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D is B's exclave, but is not an .
D is B's exclave, but is not an enclave.
C is B's exclave, and A's enclave.
C is B's exclave, and A's enclave.

An exclave is a territory that belongs to a political entity but is not connected to it by land (islands are not counted) and is surrounded by other political entities. A good example is the region around the Russian city Kaliningrad. It belongs to the Russian Federation, but is separated from the rest of that country by territory belonging to Lithuania and Poland.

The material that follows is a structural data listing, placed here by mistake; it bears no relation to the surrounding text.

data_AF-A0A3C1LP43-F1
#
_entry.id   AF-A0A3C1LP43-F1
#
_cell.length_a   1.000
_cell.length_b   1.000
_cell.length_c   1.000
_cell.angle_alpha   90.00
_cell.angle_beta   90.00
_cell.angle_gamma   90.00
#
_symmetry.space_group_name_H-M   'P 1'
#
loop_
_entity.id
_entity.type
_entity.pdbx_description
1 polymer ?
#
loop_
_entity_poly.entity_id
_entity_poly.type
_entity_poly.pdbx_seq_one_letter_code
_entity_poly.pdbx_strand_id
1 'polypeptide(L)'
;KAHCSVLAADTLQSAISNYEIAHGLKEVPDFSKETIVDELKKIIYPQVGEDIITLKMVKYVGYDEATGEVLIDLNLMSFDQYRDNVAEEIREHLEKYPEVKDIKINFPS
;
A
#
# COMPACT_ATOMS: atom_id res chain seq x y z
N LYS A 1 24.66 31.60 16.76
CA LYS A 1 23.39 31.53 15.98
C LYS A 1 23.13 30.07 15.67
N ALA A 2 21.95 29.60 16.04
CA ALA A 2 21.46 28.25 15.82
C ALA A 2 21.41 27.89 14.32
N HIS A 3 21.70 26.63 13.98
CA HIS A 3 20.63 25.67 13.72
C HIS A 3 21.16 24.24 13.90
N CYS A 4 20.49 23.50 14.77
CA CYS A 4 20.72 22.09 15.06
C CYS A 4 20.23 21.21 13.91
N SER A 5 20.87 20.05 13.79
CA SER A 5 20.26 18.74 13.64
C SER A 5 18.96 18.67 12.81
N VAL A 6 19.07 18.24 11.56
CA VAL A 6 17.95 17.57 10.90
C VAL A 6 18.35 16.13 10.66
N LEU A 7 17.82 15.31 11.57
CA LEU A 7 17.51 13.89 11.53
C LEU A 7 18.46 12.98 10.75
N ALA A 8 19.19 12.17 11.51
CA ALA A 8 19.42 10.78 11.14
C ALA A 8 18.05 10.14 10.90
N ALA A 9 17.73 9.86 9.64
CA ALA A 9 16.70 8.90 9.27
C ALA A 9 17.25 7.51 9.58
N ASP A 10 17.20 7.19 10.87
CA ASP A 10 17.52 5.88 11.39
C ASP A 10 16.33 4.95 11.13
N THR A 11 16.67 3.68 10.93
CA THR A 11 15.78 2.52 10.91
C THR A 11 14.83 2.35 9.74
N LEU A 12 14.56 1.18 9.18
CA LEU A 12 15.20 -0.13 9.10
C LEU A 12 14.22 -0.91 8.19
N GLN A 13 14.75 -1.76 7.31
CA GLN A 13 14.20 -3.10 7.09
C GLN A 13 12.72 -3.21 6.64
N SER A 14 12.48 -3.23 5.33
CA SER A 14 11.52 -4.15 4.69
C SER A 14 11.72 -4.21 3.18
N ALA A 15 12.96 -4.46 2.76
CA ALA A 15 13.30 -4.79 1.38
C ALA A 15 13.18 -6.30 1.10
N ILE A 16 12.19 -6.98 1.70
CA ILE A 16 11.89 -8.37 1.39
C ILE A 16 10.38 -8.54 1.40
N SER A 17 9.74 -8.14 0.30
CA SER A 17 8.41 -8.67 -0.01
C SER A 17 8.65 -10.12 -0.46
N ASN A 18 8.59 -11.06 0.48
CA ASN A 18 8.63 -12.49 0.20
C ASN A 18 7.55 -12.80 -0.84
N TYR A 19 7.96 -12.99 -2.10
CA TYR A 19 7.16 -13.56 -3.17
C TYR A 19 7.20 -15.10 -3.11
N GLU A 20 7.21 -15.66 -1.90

Although both meanings are close, an exclave may not necessarily be an enclave. Kaliningrad is surrounded not by one state only, but by two: Lithuania and Poland and it also borders the Baltic Sea. On the other hand, the Spanish exclave of Llívia is an enclave in France.

Other examples

Examples of exclaves in subnational units include the traditional counties of Flintshire, Wales and Cromartyshire, Scotland, in the United Kingdom.

External links

Last updated: 10-23-2005 13:12:21
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